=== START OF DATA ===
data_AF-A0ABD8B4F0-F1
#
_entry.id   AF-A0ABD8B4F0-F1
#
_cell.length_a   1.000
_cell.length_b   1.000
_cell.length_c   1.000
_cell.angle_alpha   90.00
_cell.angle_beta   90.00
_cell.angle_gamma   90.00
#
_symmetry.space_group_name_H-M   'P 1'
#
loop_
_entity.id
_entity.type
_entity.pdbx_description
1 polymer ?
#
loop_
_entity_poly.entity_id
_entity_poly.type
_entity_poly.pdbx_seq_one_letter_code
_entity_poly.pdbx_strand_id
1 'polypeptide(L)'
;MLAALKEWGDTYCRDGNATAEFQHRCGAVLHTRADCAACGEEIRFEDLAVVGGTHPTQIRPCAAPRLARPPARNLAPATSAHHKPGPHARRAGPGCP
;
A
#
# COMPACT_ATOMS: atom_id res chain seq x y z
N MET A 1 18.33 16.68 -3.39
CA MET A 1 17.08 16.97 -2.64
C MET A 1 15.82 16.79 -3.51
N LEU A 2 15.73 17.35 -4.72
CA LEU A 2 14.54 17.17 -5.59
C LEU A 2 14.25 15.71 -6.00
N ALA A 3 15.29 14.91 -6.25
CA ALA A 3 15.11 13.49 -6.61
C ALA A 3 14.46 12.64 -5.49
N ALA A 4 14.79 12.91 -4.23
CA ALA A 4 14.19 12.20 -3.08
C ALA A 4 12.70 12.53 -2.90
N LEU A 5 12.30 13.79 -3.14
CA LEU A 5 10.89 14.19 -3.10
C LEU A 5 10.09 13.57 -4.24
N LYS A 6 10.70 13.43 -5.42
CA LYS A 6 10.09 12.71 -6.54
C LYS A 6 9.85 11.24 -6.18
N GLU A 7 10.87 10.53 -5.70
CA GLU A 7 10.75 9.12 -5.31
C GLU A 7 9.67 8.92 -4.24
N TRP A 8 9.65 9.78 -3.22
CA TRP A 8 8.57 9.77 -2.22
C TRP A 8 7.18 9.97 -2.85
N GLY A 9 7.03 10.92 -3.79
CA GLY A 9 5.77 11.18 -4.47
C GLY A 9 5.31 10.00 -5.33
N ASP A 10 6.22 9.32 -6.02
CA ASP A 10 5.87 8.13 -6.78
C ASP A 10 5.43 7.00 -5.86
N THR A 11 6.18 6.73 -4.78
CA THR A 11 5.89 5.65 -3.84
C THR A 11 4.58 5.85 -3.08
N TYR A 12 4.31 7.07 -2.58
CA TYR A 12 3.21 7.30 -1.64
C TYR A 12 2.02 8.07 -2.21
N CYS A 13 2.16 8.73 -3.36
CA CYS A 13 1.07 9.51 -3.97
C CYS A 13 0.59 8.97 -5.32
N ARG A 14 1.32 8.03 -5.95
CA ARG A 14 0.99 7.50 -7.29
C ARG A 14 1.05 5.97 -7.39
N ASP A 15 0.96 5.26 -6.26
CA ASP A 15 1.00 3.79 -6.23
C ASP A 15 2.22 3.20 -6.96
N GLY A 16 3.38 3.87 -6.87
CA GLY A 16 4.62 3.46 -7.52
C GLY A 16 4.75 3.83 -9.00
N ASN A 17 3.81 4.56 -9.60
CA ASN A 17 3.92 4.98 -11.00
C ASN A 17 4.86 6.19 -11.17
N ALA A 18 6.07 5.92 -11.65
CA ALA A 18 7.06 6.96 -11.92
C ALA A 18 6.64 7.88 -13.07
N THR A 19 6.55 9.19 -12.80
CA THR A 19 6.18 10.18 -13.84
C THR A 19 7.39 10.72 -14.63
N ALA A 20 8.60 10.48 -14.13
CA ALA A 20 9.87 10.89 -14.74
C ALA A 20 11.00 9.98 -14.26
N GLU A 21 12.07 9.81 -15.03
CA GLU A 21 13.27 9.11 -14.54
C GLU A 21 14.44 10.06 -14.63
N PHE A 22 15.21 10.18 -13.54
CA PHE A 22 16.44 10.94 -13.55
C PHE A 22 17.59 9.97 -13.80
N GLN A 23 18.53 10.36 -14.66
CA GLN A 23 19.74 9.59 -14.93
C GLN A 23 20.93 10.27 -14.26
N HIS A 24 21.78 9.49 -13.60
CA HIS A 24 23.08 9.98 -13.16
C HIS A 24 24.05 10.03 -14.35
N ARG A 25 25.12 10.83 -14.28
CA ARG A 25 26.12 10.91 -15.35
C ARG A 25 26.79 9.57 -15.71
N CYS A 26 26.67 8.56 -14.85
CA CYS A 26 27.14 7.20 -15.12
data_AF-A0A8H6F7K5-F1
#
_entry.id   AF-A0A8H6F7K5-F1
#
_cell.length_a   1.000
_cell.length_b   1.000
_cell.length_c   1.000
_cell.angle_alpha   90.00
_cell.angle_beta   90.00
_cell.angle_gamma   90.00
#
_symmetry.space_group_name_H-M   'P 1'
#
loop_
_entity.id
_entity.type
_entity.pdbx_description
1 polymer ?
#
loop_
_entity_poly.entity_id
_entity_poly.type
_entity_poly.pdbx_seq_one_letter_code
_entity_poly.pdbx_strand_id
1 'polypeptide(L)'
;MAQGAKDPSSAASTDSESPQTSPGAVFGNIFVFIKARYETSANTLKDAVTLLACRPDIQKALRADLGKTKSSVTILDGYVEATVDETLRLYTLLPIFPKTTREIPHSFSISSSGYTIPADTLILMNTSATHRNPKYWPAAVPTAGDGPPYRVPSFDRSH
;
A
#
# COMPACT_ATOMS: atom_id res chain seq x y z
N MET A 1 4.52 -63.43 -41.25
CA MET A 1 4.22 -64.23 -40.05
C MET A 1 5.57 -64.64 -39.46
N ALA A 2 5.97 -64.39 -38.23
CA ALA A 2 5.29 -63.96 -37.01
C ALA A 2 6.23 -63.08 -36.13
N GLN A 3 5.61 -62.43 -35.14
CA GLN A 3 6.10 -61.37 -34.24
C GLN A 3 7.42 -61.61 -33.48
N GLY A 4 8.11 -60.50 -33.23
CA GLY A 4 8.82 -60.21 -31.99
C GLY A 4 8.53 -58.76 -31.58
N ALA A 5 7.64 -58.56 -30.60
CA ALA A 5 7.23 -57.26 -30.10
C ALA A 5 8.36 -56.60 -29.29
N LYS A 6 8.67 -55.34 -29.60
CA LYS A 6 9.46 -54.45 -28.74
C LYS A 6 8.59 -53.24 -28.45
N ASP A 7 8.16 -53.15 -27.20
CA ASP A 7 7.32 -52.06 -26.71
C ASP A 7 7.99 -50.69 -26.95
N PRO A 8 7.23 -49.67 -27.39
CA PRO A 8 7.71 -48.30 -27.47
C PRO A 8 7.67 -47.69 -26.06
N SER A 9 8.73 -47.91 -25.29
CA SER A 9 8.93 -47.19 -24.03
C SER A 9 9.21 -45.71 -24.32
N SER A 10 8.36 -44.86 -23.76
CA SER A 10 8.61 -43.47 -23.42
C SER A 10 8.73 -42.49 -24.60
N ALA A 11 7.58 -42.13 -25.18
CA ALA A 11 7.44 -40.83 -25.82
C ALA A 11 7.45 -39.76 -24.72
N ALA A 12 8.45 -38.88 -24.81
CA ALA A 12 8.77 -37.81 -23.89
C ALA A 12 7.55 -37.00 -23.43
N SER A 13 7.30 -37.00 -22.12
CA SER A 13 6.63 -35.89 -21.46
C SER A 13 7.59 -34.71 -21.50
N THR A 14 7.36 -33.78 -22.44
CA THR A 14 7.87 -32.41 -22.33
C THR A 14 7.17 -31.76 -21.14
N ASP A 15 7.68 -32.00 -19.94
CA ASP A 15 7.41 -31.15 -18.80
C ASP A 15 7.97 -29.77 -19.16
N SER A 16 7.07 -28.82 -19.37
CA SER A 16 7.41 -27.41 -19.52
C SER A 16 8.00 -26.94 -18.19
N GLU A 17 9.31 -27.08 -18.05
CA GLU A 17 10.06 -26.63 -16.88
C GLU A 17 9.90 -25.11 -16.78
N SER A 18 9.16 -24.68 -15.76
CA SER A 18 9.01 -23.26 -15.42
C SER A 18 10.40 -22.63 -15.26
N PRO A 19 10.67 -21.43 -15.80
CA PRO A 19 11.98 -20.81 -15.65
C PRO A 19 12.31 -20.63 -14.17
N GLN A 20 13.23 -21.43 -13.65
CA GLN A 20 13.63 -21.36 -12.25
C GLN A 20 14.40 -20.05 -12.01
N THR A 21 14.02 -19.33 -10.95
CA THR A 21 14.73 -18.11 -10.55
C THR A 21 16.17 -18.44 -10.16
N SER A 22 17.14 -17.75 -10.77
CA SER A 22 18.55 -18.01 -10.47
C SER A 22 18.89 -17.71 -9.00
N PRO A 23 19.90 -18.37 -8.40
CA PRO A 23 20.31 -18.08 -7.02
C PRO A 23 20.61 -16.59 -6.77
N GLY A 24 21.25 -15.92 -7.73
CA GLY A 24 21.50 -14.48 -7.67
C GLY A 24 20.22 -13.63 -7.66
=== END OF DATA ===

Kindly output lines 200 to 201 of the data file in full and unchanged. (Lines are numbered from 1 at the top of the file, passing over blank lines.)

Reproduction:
C THR A 21 16.17 -18.44 -10.16
N SER A 22 17.14 -17.75 -10.77